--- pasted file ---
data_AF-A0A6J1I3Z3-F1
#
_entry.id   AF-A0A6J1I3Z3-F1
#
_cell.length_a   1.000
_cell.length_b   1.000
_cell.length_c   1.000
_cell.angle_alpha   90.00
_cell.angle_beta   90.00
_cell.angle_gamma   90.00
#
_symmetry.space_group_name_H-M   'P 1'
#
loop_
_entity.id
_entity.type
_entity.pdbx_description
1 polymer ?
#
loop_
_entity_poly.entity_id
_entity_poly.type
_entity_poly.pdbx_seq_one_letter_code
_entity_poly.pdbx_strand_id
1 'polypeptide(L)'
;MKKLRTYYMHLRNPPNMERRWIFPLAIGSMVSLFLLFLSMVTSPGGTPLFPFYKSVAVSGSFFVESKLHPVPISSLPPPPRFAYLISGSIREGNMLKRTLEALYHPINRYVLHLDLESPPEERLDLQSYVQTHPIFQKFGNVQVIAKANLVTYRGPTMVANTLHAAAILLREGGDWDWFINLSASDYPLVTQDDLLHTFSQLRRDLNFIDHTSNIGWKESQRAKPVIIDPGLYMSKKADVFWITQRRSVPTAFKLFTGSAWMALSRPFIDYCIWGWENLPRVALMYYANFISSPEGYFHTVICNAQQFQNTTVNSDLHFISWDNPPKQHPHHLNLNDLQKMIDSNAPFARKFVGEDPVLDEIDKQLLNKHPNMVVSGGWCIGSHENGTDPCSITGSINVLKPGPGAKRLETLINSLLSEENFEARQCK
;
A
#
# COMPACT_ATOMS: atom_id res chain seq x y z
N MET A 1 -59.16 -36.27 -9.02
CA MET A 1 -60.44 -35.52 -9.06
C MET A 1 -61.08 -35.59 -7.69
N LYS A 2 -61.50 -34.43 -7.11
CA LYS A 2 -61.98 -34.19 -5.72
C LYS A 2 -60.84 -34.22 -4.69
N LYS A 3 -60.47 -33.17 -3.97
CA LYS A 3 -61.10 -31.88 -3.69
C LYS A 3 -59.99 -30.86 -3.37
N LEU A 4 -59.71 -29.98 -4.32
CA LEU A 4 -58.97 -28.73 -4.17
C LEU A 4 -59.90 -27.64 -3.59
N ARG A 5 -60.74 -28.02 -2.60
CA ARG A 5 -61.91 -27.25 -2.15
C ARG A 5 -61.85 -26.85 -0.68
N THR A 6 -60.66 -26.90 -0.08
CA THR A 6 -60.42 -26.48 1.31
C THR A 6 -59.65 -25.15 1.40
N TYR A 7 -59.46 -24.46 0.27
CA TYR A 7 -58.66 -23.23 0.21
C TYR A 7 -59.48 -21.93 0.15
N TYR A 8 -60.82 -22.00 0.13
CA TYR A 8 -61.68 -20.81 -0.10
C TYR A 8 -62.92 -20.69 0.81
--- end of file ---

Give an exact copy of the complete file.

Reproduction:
data_AF-A0A6J1I3Z3-F1
#
_entry.id   AF-A0A6J1I3Z3-F1
#
_cell.length_a   1.000
_cell.length_b   1.000
_cell.length_c   1.000
_cell.angle_alpha   90.00
_cell.angle_beta   90.00
_cell.angle_gamma   90.00
#
_symmetry.space_group_name_H-M   'P 1'
#
loop_
_entity.id
_entity.type
_entity.pdbx_description
1 polymer ?
#
loop_
_entity_poly.entity_id
_entity_poly.type
_entity_poly.pdbx_seq_one_letter_code
_entity_poly.pdbx_strand_id
1 'polypeptide(L)'
;MKKLRTYYMHLRNPPNMERRWIFPLAIGSMVSLFLLFLSMVTSPGGTPLFPFYKSVAVSGSFFVESKLHPVPISSLPPPPRFAYLISGSIREGNMLKRTLEALYHPINRYVLHLDLESPPEERLDLQSYVQTHPIFQKFGNVQVIAKANLVTYRGPTMVANTLHAAAILLREGGDWDWFINLSASDYPLVTQDDLLHTFSQLRRDLNFIDHTSNIGWKESQRAKPVIIDPGLYMSKKADVFWITQRRSVPTAFKLFTGSAWMALSRPFIDYCIWGWENLPRVALMYYANFISSPEGYFHTVICNAQQFQNTTVNSDLHFISWDNPPKQHPHHLNLNDLQKMIDSNAPFARKFVGEDPVLDEIDKQLLNKHPNMVVSGGWCIGSHENGTDPCSITGSINVLKPGPGAKRLETLINSLLSEENFEARQCK
;
A
#
# COMPACT_ATOMS: atom_id res chain seq x y z
N MET A 1 -59.16 -36.27 -9.02
CA MET A 1 -60.44 -35.52 -9.06
C MET A 1 -61.08 -35.59 -7.69
N LYS A 2 -61.50 -34.43 -7.11
CA LYS A 2 -61.98 -34.19 -5.72
C LYS A 2 -60.84 -34.22 -4.69
N LYS A 3 -60.47 -33.17 -3.97
CA LYS A 3 -61.10 -31.88 -3.69
C LYS A 3 -59.99 -30.86 -3.37
N LEU A 4 -59.71 -29.98 -4.32
CA LEU A 4 -58.97 -28.73 -4.17
C LEU A 4 -59.90 -27.64 -3.59
N ARG A 5 -60.74 -28.02 -2.60
CA ARG A 5 -61.91 -27.25 -2.15
C ARG A 5 -61.85 -26.85 -0.68
N THR A 6 -60.66 -26.90 -0.08
CA THR A 6 -60.42 -26.48 1.31
C THR A 6 -59.65 -25.15 1.40
N TYR A 7 -59.46 -24.46 0.27
CA TYR A 7 -58.66 -23.23 0.21
C TYR A 7 -59.48 -21.93 0.15
N TYR A 8 -60.82 -22.00 0.13
CA TYR A 8 -61.68 -20.81 -0.10
C TYR A 8 -62.92 -20.69 0.81